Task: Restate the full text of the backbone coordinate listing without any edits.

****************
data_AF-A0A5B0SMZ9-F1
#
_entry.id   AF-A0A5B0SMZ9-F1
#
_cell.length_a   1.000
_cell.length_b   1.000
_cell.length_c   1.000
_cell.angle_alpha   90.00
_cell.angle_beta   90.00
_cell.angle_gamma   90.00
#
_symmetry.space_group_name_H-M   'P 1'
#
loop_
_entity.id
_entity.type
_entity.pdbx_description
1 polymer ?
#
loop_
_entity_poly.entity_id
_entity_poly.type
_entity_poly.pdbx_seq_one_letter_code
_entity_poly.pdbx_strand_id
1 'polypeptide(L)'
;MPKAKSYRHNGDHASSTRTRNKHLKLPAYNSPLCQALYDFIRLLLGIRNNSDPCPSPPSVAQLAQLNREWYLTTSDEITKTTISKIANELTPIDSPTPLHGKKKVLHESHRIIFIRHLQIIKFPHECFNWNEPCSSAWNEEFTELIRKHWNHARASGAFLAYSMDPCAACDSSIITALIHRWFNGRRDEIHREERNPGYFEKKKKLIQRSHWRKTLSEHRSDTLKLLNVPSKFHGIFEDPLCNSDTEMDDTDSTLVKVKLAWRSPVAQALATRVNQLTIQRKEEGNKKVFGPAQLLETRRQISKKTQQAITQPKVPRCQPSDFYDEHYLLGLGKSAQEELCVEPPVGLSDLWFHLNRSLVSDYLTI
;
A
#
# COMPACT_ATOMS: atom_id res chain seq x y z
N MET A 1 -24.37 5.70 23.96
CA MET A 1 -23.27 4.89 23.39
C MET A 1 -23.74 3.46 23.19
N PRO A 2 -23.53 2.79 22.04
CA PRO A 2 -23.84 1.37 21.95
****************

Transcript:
data_AF-A0A5B0SMZ9-F1
#
_entry.id   AF-A0A5B0SMZ9-F1
#
_cell.length_a   1.000
_cell.length_b   1.000
_cell.length_c   1.000
_cell.angle_alpha   90.00
_cell.angle_beta   90.00
_cell.angle_gamma   90.00
#
_symmetry.space_group_name_H-M   'P 1'
#
loop_
_entity.id
_entity.type
_entity.pdbx_description
1 polymer ?
#
loop_
_entity_poly.entity_id
_entity_poly.type
_entity_poly.pdbx_seq_one_letter_code
_entity_poly.pdbx_strand_id
1 'polypeptide(L)'
;MPKAKSYRHNGDHASSTRTRNKHLKLPAYNSPLCQALYDFIRLLLGIRNNSDPCPSPPSVAQLAQLNREWYLTTSDEITKTTISKIANELTPIDSPTPLHGKKKVLHESHRIIFIRHLQIIKFPHECFNWNEPCSSAWNEEFTELIRKHWNHARASGAFLAYSMDPCAACDSSIITALIHRWFNGRRDEIHREERNPGYFEKKKKLIQRSHWRKTLSEHRSDTLKLLNVPSKFHGIFEDPLCNSDTEMDDTDSTLVKVKLAWRSPVAQALATRVNQLTIQRKEEGNKKVFGPAQLLETRRQISKKTQQAITQPKVPRCQPSDFYDEHYLLGLGKSAQEELCVEPPVGLSDLWFHLNRSLVSDYLTI
;
A
#
# COMPACT_ATOMS: atom_id res chain seq x y z
N MET A 1 -24.37 5.70 23.96
CA MET A 1 -23.27 4.89 23.39
C MET A 1 -23.74 3.46 23.19
N PRO A 2 -23.53 2.79 22.04
CA PRO A 2 -23.84 1.37 21.95